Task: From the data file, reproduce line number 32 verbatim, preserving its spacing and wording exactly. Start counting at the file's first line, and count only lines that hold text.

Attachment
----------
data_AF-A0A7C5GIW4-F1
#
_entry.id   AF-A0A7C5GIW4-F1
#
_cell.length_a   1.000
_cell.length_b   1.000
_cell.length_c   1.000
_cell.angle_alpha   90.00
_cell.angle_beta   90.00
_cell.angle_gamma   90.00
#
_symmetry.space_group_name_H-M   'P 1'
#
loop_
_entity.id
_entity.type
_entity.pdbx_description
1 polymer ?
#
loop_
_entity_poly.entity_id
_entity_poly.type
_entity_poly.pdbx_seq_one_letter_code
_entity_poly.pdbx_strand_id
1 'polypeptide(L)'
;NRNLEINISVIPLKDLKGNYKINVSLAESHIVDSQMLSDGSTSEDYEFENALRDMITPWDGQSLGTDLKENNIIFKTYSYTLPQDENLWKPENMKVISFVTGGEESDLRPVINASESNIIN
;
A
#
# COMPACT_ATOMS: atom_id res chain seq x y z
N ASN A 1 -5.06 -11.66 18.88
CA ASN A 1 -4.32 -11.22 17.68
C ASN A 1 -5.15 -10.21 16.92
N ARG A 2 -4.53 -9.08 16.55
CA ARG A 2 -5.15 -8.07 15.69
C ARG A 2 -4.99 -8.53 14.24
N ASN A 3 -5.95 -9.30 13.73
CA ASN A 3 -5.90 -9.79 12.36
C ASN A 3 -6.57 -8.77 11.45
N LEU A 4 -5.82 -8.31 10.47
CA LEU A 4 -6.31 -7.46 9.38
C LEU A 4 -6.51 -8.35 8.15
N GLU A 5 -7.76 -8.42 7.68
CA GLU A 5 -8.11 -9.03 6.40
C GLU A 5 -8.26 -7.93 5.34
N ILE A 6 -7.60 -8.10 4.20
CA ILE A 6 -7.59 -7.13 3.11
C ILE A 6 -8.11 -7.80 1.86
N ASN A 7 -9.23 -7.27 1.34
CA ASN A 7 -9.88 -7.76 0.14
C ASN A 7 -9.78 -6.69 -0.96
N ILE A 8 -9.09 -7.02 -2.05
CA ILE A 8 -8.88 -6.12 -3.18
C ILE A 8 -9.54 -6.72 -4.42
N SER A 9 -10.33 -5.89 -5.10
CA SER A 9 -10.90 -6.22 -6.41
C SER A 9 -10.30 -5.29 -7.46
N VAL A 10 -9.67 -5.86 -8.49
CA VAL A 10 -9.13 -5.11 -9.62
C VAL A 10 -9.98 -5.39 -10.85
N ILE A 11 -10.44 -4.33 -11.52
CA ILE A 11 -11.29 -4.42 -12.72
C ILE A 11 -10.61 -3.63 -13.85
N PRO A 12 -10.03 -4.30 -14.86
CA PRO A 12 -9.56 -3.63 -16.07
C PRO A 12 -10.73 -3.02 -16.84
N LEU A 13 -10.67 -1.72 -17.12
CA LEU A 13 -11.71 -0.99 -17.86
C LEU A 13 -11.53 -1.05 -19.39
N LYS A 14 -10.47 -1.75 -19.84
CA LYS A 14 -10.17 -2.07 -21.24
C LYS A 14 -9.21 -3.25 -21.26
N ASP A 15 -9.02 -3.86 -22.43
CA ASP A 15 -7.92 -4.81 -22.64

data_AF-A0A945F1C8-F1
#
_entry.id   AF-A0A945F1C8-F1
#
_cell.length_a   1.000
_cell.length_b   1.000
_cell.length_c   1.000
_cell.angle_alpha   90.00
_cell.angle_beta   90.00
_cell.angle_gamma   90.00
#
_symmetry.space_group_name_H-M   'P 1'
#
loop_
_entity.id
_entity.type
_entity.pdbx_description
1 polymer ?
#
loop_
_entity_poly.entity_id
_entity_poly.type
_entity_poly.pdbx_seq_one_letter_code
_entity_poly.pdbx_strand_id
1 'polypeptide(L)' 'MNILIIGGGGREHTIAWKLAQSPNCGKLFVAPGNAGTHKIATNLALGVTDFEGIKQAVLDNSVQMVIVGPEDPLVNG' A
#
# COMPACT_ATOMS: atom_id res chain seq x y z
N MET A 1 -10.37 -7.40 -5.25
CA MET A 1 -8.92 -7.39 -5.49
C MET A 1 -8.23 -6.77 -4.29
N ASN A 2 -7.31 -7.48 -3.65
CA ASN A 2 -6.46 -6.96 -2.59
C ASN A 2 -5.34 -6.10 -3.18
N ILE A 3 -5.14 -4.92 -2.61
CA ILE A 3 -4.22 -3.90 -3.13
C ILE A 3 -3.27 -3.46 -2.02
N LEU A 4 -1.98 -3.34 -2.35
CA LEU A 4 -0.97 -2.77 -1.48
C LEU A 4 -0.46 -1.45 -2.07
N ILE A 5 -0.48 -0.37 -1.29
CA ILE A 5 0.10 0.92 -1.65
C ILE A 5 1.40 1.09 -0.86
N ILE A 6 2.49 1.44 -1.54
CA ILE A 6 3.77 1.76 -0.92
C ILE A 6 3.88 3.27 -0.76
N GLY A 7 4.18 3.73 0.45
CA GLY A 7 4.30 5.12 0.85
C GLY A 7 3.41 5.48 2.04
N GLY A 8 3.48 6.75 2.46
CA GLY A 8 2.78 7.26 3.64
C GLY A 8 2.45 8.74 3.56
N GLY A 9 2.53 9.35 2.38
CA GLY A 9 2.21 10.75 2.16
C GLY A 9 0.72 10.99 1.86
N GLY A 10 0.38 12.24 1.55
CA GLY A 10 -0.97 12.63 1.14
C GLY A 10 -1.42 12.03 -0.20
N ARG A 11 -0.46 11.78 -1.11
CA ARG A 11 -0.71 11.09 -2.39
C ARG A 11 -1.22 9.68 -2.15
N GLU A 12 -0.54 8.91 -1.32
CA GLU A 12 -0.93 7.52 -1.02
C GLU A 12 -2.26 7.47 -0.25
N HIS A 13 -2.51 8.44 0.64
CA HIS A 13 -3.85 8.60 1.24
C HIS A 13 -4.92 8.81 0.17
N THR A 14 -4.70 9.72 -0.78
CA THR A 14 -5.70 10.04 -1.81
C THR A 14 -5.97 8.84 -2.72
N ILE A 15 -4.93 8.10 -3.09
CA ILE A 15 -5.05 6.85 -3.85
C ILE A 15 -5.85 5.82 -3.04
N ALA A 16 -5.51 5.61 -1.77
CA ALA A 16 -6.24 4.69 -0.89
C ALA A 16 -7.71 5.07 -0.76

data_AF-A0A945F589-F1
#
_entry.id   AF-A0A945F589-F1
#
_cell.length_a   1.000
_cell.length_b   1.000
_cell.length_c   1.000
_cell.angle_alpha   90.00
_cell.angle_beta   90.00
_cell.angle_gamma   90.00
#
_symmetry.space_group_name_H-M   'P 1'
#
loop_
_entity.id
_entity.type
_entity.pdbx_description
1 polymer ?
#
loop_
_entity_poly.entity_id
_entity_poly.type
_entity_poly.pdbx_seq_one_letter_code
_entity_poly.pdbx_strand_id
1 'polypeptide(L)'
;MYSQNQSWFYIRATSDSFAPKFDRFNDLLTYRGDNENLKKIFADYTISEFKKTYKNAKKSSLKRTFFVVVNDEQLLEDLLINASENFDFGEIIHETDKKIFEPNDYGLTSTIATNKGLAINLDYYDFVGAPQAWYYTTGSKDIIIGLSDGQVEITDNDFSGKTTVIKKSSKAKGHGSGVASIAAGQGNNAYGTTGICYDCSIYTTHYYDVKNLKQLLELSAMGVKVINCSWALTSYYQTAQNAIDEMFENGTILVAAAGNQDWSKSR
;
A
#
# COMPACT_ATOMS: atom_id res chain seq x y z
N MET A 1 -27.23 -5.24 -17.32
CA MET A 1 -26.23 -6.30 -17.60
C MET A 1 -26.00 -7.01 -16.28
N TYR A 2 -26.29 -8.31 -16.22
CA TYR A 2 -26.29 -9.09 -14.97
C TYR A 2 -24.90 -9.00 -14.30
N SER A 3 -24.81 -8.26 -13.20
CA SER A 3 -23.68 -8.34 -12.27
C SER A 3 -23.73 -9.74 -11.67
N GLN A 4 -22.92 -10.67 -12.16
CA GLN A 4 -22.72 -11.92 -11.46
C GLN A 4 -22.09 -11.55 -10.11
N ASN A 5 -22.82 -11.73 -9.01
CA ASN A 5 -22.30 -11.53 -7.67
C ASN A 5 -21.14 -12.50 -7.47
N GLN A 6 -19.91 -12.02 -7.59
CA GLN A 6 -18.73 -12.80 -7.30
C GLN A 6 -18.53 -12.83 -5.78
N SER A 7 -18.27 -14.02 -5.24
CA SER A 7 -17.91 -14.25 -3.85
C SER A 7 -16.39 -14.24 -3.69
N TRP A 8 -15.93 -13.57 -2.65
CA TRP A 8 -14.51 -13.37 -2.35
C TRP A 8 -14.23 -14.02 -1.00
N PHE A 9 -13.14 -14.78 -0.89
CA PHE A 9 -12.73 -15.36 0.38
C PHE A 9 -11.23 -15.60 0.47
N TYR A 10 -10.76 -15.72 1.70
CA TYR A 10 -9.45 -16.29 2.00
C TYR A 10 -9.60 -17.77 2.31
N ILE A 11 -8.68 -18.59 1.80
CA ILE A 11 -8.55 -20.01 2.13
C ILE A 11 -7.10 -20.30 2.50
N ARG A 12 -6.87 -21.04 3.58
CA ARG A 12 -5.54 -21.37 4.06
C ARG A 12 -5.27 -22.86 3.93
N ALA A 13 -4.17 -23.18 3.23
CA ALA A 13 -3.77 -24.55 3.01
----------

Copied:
CA ASN A 1 -4.32 -11.22 17.68